In the cloud model, instead of handing over IT resources to be managed, costumers plug into the cloud, treating it as an internal data center or computer. In most cases, the cloud features self-service interfaces where costumers can obtain resources for as long as they need. In addition to reducing investments in infrastructure, cloud solutions facilitate application development and deployment, and save resource allocation overhead.

        Clouds can be private, public, or hybrid. A public, or external, cloud is fully owned and provided by a third party vendor. It is located outside a company's firewall and is also referred to as a shared, multi-tenant infrastructure. A private, or internal, cloud is an environment located behind a firewall and dedicated to a single company for exclusive use. Finally, in a hybrid cloud, a company is able to retain confidential information in a private cloud while having access to external services offered by public clouds.

        There are three basic delivery models in cloud computing:

  1. Infrastructure as a Service (IaaS) provides servers, virtual machines, storage capacity, load balances, etc.
  2. Platform as a Service (PaaS) provides a computing platform and environment for application and service development.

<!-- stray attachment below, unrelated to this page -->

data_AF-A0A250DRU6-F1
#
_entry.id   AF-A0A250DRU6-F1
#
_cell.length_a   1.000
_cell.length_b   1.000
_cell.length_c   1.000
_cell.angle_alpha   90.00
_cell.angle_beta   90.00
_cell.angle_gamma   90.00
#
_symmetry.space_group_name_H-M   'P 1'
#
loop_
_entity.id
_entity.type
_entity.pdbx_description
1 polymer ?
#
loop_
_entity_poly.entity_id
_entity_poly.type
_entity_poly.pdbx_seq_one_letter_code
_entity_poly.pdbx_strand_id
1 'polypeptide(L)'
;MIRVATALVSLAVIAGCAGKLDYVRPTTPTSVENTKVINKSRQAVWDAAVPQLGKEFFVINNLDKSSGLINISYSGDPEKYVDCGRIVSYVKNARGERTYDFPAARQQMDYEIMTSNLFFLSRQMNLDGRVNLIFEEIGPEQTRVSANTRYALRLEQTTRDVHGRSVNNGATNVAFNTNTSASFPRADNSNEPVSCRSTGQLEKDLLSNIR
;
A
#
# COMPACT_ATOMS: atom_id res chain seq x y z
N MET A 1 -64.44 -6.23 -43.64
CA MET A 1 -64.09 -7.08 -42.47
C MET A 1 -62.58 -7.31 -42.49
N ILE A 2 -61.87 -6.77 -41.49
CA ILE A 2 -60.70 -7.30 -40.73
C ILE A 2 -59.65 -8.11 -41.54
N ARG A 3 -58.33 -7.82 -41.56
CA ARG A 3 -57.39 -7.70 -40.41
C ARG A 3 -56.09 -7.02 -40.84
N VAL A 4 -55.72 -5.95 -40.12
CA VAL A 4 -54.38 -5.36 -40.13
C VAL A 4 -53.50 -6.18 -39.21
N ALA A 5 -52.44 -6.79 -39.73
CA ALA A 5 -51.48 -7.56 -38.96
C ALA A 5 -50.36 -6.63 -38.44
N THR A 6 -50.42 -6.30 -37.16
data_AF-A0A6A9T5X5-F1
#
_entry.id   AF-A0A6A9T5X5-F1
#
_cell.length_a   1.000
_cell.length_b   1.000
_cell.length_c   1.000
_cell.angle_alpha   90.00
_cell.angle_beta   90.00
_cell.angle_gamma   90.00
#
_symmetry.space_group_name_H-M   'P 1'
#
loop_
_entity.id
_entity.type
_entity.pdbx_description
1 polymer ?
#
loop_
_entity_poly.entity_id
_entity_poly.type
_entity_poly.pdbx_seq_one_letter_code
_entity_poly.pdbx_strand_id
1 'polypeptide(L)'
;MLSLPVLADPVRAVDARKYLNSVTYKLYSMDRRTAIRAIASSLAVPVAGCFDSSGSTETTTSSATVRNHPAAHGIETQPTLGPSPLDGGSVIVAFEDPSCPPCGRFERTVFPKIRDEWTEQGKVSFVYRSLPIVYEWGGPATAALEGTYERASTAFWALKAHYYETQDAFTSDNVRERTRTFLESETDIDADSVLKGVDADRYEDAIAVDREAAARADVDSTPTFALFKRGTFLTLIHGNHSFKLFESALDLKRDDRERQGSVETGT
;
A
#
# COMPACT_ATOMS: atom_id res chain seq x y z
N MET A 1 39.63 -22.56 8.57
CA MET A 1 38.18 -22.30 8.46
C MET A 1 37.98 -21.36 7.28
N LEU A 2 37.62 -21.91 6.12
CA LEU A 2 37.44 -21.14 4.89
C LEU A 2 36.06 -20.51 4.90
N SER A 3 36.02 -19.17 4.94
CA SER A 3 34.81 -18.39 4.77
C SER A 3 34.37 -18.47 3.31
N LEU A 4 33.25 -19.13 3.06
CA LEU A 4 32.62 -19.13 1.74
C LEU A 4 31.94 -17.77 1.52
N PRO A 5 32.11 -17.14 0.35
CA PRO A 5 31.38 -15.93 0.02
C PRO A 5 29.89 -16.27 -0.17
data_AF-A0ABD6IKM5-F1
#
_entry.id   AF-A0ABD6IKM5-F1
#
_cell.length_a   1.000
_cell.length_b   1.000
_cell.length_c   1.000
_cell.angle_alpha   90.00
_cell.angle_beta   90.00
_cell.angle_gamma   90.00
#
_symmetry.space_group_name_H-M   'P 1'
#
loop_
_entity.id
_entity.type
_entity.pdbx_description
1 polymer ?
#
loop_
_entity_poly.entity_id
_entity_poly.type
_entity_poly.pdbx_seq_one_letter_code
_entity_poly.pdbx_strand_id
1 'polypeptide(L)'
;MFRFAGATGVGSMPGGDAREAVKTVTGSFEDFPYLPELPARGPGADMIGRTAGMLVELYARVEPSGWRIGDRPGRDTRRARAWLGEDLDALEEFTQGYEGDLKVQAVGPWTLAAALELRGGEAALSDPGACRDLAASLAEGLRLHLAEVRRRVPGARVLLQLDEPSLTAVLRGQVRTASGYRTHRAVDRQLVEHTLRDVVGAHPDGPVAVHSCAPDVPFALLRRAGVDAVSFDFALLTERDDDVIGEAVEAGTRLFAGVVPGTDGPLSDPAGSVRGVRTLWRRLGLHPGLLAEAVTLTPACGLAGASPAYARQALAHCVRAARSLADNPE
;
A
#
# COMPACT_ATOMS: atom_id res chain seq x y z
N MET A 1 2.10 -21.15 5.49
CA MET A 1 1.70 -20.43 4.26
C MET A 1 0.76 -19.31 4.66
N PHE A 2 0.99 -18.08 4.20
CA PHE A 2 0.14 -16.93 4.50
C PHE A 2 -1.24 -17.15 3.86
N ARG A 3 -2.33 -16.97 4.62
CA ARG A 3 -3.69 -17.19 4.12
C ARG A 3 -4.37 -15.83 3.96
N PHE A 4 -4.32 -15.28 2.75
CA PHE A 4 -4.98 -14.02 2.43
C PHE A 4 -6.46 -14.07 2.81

3. Software as a Service (SaaS) is a complete software application that is delivered to the end-user via the cloud.

The Health Cloud

        Imprivata's 2013 Desktop Virtualization Trends in Health report revealed that healthcare organizations are more willing to migrate to cloud computing than they have been in the past. While in 2012, only 9 percent of respondents used the cloud model, this year 30 percent of them did.

        In a recent report, Accenture lists five ways in which cloud computing, combined with mobility and analytics, will revolutionize the healthcare industry, namely:

a)Creating the agility for healthcare providers and insurers to flex their business models, collaborate at low cost and high speed, meet changing regulations - and deliver better patient services;
b)Helping ensure seamless, personalized healthcare anywhere in the world, through ubiquitous and secure data sharing;